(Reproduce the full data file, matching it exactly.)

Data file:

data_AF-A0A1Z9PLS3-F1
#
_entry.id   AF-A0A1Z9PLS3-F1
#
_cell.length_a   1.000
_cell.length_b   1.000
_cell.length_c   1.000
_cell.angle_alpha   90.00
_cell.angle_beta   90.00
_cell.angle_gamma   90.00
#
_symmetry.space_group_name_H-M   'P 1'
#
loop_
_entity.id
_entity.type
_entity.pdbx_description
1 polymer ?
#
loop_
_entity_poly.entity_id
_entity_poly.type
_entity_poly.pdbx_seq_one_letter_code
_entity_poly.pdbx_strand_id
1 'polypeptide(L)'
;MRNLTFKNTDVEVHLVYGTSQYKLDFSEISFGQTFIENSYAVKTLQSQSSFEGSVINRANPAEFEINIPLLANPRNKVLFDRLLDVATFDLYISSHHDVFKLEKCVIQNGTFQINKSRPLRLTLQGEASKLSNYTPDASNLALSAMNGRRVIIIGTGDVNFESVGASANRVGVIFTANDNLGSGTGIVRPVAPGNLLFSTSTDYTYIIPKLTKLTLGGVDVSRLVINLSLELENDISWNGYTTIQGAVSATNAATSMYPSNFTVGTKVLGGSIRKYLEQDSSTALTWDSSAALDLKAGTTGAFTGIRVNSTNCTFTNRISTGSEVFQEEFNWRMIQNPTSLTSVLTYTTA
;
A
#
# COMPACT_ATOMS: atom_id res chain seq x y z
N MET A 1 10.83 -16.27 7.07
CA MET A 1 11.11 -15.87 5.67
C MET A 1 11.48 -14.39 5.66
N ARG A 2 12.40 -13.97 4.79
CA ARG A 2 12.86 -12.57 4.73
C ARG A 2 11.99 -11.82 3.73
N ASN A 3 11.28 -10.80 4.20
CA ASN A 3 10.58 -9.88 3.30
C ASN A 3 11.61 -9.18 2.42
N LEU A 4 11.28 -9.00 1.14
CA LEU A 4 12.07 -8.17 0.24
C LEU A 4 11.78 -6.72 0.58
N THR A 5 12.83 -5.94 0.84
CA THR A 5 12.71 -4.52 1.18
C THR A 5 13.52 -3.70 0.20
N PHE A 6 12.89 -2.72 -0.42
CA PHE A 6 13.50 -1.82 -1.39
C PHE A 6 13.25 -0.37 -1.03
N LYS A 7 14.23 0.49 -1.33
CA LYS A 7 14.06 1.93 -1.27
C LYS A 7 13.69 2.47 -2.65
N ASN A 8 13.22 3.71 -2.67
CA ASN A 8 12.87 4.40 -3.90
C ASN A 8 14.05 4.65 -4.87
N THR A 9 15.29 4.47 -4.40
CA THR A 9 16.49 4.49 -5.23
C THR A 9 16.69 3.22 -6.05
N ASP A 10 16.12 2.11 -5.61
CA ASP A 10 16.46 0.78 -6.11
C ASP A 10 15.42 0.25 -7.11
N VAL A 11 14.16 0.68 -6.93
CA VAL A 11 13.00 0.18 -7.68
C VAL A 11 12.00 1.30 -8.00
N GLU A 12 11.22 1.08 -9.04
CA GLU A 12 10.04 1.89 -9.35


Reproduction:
data_AF-A0A1Z9PLS3-F1
#
_entry.id   AF-A0A1Z9PLS3-F1
#
_cell.length_a   1.000
_cell.length_b   1.000
_cell.length_c   1.000
_cell.angle_alpha   90.00
_cell.angle_beta   90.00
_cell.angle_gamma   90.00
#
_symmetry.space_group_name_H-M   'P 1'
#
loop_
_entity.id
_entity.type
_entity.pdbx_description
1 polymer ?
#
loop_
_entity_poly.entity_id
_entity_poly.type
_entity_poly.pdbx_seq_one_letter_code
_entity_poly.pdbx_strand_id
1 'polypeptide(L)'
;MRNLTFKNTDVEVHLVYGTSQYKLDFSEISFGQTFIENSYAVKTLQSQSSFEGSVINRANPAEFEINIPLLANPRNKVLFDRLLDVATFDLYISSHHDVFKLEKCVIQNGTFQINKSRPLRLTLQGEASKLSNYTPDASNLALSAMNGRRVIIIGTGDVNFESVGASANRVGVIFTANDNLGSGTGIVRPVAPGNLLFSTSTDYTYIIPKLTKLTLGGVDVSRLVINLSLELENDISWNGYTTIQGAVSATNAATSMYPSNFTVGTKVLGGSIRKYLEQDSSTALTWDSSAALDLKAGTTGAFTGIRVNSTNCTFTNRISTGSEVFQEEFNWRMIQNPTSLTSVLTYTTA
;
A
#
# COMPACT_ATOMS: atom_id res chain seq x y z
N MET A 1 10.83 -16.27 7.07
CA MET A 1 11.11 -15.87 5.67
C MET A 1 11.48 -14.39 5.66
N ARG A 2 12.40 -13.97 4.79
CA ARG A 2 12.86 -12.57 4.73
C ARG A 2 11.99 -11.82 3.73
N ASN A 3 11.28 -10.80 4.20
CA ASN A 3 10.58 -9.88 3.30
C ASN A 3 11.61 -9.18 2.42
N LEU A 4 11.28 -9.00 1.14
CA LEU A 4 12.07 -8.17 0.24
C LEU A 4 11.78 -6.72 0.58
N THR A 5 12.83 -5.94 0.84
CA THR A 5 12.71 -4.52 1.18
C THR A 5 13.52 -3.70 0.20
N PHE A 6 12.89 -2.72 -0.42
CA PHE A 6 13.50 -1.82 -1.39
C PHE A 6 13.25 -0.37 -1.03
N LYS A 7 14.23 0.49 -1.33
CA LYS A 7 14.06 1.93 -1.27
C LYS A 7 13.69 2.47 -2.65
N ASN A 8 13.22 3.71 -2.67
CA ASN A 8 12.87 4.40 -3.90
C ASN A 8 14.05 4.65 -4.87
N THR A 9 15.29 4.47 -4.40
CA THR A 9 16.49 4.49 -5.23
C THR A 9 16.69 3.22 -6.05
N ASP A 10 16.12 2.11 -5.61
CA ASP A 10 16.46 0.78 -6.11
C ASP A 10 15.42 0.25 -7.11
N VAL A 11 14.16 0.68 -6.93
CA VAL A 11 13.00 0.18 -7.68
C VAL A 11 12.00 1.30 -8.00
N GLU A 12 11.22 1.08 -9.04
CA GLU A 12 10.04 1.89 -9.35